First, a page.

GETTING THERE by Beth Shriver
When your sixteen year old takes their first drive alone, you worry. It’s not something that can be avoided. No matter how much prayer, forethought, teaching and words of wisdom, you are concerned. And until that car enters your driveway again you have thoughts of police cars, ambulances and sirens. It’s just a fact of life when you’re a teen parent.
My son had a friend over and they wanted to rent a movie. They of course wanted my daughter to take them instead of me. The un-cool mom verses the cool teenager. I agreed as long as my son’s friend had permission from his parents, and they were home before curfew. Both were promised but neither followed through.
After the trip to the emergency room it was discovered that my daughter had a broken jaw and would need to see a specialist concerning further treatment. It still seemed so unreal to me, I didn’t believe this had actually happened.
Although she is a good driver, nothing makes up for experience like an accident will, and did in her case. She had misread the light and thought she had the right away and made an illegal left turn. Fortunately the other driver was a kind man and told her his own daughter had done the same thing to her car within weeks of obtaining her license.
That night made us realize how quickly your reality can change in one split second. We count our blessings that the accident didn’t seriously hurt any of the people involved, it could have been so much worse.
She has settled down but still occasionally makes a bad choice, but then we all do, we just aren’t all held accountable. God has given me a peace about her that I cling to when we hit another bump in her growth process. That sense of peace is what gets me through, thus the title of my devotional, Peace for Parents of Teens (click to watch the video). I originally wrote them for myself, as I was unable to find a devotional that dealt specifically with teens and parents, but was encouraged to continue writing them from other parents, and ended up completing a year of devotions.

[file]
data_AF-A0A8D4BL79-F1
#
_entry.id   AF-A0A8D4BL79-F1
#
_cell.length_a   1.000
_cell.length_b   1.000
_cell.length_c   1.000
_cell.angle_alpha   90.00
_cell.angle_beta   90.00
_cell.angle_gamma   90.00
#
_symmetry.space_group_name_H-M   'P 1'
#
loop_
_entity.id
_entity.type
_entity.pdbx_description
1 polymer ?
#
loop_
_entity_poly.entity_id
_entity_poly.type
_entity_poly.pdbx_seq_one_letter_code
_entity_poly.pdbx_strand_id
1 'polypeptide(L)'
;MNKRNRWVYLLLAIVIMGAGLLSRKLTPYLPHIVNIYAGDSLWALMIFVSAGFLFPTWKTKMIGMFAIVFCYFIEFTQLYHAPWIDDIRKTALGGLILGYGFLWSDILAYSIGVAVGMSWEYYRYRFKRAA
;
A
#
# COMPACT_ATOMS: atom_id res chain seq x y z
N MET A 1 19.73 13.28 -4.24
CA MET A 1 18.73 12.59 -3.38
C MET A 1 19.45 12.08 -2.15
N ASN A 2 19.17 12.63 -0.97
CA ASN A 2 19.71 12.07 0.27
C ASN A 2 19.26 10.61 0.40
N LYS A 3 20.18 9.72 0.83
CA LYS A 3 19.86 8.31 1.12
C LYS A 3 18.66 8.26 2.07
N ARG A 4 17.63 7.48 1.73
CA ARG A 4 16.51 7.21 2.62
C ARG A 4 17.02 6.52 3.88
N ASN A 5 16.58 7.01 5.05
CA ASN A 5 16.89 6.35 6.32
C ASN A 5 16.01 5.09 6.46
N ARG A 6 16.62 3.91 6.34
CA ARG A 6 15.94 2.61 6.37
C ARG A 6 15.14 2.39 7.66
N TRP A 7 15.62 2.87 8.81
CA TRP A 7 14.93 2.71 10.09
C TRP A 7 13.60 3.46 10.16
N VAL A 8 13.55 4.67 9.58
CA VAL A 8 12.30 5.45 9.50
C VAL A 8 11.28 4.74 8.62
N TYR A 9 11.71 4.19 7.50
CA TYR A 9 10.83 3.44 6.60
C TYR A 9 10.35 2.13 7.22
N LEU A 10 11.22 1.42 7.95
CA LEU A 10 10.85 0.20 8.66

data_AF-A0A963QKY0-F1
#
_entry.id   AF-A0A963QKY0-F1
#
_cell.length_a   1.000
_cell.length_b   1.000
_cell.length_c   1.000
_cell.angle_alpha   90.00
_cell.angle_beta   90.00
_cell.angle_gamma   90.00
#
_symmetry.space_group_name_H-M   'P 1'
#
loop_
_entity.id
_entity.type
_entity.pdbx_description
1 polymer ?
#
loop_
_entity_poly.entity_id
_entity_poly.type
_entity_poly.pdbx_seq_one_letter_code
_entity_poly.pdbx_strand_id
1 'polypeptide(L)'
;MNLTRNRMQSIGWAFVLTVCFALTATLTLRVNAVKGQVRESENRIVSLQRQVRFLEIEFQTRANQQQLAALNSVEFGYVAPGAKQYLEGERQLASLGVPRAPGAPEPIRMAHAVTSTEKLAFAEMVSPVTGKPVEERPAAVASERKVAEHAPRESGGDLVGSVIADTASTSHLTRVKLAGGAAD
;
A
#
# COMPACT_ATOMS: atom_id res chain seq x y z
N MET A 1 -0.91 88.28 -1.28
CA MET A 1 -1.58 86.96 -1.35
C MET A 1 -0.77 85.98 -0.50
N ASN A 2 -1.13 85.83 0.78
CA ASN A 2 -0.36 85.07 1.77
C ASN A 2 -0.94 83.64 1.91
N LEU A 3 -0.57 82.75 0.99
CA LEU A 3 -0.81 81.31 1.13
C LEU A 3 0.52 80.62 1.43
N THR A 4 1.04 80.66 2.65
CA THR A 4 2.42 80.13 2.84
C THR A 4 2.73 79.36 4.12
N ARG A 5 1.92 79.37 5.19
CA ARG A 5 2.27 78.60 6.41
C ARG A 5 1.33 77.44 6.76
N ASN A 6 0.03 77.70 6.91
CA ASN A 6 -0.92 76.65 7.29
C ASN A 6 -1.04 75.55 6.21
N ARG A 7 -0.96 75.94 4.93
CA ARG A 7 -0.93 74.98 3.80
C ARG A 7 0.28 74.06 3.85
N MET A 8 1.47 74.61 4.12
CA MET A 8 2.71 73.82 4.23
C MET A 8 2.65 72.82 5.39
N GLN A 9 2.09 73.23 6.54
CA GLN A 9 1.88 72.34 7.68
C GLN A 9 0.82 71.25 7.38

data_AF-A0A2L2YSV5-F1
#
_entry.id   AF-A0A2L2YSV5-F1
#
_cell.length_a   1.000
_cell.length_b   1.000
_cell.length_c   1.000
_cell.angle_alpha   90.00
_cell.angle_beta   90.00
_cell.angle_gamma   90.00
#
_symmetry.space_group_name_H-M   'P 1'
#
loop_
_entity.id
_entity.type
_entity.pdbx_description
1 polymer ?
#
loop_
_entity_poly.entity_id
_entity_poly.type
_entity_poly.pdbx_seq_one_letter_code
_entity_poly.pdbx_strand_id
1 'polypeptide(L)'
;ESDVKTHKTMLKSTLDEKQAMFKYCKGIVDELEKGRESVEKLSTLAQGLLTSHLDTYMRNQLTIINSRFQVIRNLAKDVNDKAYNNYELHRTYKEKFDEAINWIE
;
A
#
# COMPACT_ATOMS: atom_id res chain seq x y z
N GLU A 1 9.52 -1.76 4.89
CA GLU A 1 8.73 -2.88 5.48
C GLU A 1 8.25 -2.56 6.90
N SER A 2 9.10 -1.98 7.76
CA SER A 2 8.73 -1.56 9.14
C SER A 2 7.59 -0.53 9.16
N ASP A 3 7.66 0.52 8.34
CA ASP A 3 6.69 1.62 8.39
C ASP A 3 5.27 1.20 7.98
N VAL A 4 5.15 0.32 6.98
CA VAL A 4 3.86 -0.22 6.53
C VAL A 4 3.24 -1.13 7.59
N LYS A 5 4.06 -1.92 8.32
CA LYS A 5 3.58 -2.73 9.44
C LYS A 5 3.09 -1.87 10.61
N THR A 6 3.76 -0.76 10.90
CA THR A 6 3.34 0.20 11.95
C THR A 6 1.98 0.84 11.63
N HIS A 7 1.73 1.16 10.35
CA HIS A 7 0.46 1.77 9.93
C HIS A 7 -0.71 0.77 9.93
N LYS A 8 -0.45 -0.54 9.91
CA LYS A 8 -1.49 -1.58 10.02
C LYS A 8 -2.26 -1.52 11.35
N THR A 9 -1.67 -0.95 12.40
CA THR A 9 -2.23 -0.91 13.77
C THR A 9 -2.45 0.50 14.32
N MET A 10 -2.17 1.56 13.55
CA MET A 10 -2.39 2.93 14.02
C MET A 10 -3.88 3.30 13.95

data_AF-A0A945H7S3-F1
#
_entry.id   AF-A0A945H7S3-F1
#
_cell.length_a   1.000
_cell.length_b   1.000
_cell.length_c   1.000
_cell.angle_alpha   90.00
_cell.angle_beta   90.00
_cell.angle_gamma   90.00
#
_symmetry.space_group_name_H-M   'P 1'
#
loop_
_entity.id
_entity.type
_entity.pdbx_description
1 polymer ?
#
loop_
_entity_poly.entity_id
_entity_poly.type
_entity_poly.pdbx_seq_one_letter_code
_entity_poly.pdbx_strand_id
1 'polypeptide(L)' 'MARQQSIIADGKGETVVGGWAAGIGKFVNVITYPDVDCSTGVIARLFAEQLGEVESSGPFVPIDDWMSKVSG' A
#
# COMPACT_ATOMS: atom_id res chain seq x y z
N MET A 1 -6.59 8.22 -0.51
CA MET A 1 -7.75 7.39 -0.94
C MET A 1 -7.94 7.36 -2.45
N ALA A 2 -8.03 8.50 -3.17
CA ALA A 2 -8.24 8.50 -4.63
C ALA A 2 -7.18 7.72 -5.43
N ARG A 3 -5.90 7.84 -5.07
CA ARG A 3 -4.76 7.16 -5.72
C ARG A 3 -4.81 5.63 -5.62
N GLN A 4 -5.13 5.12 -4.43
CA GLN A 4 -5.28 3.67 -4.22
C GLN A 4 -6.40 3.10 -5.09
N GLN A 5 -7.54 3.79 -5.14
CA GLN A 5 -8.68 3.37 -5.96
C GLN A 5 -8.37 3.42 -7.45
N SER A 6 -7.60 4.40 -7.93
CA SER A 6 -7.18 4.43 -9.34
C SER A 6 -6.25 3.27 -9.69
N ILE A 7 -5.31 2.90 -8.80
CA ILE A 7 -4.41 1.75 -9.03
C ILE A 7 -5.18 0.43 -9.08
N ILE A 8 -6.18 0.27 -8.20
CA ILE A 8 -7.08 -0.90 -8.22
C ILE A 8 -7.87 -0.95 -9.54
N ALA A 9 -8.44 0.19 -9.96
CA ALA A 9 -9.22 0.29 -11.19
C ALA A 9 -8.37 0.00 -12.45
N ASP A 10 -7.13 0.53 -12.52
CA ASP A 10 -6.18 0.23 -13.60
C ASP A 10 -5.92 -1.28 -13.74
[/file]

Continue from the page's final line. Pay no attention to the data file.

What I want parents and teens to glean from my devotional is that they are not a bad parent and their teen isn’t a bad child. If we go there, Satan has us where he wants us, feeling as if we’ve failed and our teenager has as well. God only gives us what we can handle, what our teen can handle; we can get through the trial if we depend on Him to see us through.
Beth Shriver has received high accolades for her imaginative storytelling and insightful books. She presently has four books contracted for release: Annie’s Truth, Peace for Parents of Teens, A Case of the Heart and Love at First Flight. Beth judges for the RWA Golden Heart, NTRWA Great Expectations, Reflections contests and critiques for the Annual Round Table for the NTRWA writers group. She is involved with national and local writers groups: American Christian Fiction Writers, Dallas Fort-Worth Ready Writers, Romance Writers of America, and the North Texas Romance Writers
Beth Shriver received a Bachelors Degree in Social Work from the University of Nebraska. She worked as a case worker for Boulder County Department of Social Services before starting a family. Beth freelanced for local papers in her area and wrote columns and devotionals for magazines. She has two children, and two cats that keep her company when she writes. Beth currently lives in Texas after a career move from Colorado. She writes in a variety of genres in both fiction and non-fiction.
Watch an interview of Beth and her daughter by clicking here.
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